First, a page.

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by Secretary Emmanuel F. Piñol
Chairman, Mindanao Development Authority

Olutanga, a 20,000-hectare island which for ages was known as a Pirates hiding place, will soon become a major tourism destination in the Southern Philippines with white sand beaches along an 89-kilometer coastline, snorkeling and diving sites and spear-fishing as its main come-ons.

The mayors and stakeholders of the three towns of the island which belongs to Zamboanga Sibugay, Olutanga, Mabuhay and Talusan, drew a virtual picture of how they would like Olutanga to be in the next five years during the 2-day planning workshop to craft a Master Plan of Development for the long-neglected island which is the biggest in the Moro Gulf and the 34th largest in the country.

The tourism sites will include Pulo Lawom or islet with deep water, Pulo Mabaw or islet with shallow water and the famous Snake island, where sea snakes abound.

It will also boost its production of high value aqua and fisheries products, especially the fish cage farming of the expensive "Lapulapu" or Grouper which has a natural spawning area in the island.

Officials of the three towns in the island also agreed to jointly develop their dried fish-making, the seaweed and coconut industry.

Mayors Arthur Ruste of Olutanga, Dr. Lulu Caloñge of Mabuhay and Orlando Ramiso of Talusan accepted the proposal of the Mindanao Development Authority (MinDA) which facilitated the planning workshop to organize a common Tourism Development Council for the island.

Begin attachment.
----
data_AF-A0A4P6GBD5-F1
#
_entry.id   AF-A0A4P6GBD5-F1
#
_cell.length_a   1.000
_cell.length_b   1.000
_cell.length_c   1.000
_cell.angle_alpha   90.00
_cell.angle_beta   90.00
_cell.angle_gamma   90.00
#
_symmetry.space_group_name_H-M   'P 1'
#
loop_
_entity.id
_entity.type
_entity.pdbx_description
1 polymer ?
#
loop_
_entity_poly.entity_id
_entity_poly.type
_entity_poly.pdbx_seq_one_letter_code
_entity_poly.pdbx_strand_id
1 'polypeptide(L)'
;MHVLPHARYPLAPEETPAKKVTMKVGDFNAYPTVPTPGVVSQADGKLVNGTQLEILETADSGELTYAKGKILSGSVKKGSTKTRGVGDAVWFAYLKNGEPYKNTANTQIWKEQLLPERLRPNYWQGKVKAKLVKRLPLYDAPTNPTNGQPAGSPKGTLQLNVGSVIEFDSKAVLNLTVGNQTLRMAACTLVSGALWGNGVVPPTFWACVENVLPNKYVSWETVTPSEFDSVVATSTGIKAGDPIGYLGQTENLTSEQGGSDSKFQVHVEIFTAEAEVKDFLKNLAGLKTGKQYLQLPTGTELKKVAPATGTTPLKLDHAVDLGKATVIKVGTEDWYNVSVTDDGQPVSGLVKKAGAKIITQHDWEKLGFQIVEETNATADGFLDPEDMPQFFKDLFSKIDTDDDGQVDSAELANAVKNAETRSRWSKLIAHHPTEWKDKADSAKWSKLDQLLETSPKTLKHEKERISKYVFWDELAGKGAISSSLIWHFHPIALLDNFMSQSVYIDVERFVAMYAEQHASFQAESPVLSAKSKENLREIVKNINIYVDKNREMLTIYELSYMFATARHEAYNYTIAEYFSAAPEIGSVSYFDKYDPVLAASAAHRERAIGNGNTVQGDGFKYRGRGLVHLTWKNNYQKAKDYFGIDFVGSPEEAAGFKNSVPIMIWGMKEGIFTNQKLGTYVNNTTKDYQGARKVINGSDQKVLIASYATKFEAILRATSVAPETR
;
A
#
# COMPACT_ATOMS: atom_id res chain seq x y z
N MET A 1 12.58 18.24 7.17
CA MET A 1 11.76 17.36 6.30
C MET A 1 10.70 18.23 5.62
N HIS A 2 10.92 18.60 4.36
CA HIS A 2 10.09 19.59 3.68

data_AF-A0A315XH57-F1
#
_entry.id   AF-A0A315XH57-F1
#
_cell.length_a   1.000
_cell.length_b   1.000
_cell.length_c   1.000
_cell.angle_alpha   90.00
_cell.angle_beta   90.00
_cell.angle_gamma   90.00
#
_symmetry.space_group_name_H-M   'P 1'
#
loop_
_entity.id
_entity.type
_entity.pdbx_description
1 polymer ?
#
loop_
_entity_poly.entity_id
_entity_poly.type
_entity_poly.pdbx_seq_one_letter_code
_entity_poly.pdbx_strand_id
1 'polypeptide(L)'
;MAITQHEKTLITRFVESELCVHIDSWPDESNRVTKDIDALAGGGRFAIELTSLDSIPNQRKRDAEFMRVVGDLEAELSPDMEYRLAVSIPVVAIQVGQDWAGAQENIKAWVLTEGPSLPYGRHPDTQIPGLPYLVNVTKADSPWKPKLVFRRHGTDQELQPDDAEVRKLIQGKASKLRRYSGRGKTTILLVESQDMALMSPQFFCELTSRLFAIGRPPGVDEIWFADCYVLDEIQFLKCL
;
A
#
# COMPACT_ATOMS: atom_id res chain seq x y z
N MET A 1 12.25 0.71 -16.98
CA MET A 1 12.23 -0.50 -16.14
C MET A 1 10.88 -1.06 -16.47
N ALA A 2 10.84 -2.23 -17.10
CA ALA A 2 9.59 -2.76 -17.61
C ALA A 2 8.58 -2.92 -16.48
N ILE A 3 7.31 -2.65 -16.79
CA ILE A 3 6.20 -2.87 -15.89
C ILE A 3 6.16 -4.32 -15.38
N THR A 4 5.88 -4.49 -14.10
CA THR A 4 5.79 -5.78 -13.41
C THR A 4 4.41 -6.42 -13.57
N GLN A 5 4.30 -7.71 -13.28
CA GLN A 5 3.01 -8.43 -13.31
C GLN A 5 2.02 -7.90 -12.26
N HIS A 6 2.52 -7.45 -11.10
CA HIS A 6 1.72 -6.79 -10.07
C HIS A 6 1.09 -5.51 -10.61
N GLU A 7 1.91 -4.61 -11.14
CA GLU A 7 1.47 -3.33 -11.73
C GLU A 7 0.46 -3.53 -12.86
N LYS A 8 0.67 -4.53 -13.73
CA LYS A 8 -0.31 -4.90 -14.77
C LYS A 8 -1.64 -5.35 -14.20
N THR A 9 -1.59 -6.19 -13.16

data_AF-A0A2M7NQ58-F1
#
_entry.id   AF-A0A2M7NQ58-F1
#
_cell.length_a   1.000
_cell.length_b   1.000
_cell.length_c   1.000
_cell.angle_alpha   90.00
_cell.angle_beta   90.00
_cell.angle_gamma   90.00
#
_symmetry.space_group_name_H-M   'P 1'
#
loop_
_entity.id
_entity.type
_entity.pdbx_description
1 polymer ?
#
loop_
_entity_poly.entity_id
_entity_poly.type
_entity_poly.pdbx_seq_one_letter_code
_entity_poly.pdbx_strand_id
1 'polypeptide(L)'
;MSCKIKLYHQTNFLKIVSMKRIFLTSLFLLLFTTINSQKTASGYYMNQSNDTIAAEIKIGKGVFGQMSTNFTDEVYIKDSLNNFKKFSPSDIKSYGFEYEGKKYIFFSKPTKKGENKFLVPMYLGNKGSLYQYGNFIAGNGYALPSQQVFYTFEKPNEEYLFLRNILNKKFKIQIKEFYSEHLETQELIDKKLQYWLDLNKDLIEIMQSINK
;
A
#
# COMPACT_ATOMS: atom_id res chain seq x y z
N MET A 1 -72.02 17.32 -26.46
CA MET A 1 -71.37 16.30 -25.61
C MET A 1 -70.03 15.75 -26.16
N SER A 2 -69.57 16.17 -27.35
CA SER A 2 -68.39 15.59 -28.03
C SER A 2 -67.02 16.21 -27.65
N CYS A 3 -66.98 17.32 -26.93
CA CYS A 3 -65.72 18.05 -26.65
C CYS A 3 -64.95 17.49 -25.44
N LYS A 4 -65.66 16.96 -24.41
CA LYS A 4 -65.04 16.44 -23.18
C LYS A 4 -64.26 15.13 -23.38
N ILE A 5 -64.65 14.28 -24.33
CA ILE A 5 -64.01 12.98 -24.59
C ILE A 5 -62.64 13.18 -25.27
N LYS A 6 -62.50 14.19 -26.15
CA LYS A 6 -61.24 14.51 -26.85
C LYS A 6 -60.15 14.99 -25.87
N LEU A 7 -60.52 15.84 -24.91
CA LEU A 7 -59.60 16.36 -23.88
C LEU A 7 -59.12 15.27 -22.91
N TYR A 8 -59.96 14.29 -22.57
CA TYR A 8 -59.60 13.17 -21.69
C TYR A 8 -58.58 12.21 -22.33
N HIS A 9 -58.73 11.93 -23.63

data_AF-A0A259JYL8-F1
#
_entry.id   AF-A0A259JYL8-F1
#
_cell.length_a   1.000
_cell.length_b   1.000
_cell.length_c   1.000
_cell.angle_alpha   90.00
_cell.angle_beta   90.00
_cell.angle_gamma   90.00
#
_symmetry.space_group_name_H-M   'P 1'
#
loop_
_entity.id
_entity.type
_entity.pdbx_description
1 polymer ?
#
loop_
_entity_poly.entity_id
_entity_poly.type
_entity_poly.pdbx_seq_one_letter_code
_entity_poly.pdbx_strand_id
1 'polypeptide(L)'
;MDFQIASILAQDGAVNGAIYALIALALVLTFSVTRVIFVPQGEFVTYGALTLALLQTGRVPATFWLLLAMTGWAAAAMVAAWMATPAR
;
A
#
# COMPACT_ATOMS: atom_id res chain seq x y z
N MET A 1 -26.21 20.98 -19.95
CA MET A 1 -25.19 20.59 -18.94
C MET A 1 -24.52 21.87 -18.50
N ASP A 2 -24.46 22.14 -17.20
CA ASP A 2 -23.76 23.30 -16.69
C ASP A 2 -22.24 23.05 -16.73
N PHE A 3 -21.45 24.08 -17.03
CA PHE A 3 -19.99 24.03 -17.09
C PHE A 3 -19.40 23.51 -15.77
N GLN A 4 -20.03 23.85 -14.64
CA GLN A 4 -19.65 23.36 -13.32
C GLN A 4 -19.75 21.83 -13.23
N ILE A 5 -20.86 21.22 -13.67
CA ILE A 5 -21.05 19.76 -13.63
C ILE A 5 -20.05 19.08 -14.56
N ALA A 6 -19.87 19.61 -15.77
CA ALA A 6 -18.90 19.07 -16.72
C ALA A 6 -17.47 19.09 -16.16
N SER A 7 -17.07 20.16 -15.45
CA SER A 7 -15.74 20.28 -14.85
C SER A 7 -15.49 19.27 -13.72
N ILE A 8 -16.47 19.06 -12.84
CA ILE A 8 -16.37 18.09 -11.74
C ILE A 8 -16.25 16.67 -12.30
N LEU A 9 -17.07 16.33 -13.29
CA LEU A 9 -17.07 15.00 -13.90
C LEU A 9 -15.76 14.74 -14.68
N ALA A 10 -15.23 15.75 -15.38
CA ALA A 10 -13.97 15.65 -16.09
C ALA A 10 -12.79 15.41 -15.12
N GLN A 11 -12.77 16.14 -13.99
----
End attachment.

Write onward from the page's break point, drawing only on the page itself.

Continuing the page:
Addressing security concerns which had placed the island among the high-risk areas in the region, the three mayors committed P1.5-M to be used in building high-speed security boats to be used by both the Army and the police in patrolling the seas surrounding the island.

Additional patrol bases of both the Army and the PNP were also identified while the Mindanao Development Authority (MinDA) pledged to provide a meager counterpart through fund sourcing.

The three mayors also agreed to address two very important facilities to prepare for the development of the island into a tourism destination, namely power and water.

For water supply, the three towns agreed to jointly develop spring sources in the town of Mabuhay while identifying and developing water catchment areas and gulleys where mini-dams could be built.

To provide sufficient power for the island, the three mayors accepted the MinDA proposal to explore the possibility of establishing a Solar Farm which will be owned by the three towns to provide power for the whole island.

At the sidelines of the planning workshop, MinDA facilitated the organization of the Infrastucture Monitoring and Advisory Group which would monitor the construction and implementation of the P1-B Alicia-Olutanga Road Project and the bridge which would connect the island to the mainland.

The IMAG includes the provincial government, the construction company, the Department of Public Works and Highways, the religious sector, the barangay chairmen and the mayors of the four towns where the projects are being implemented.

At the end of the 2-day planning workshop, all the stakeholders signed a pledge of commitment to implement the identified plans and programs within the next 5 years.

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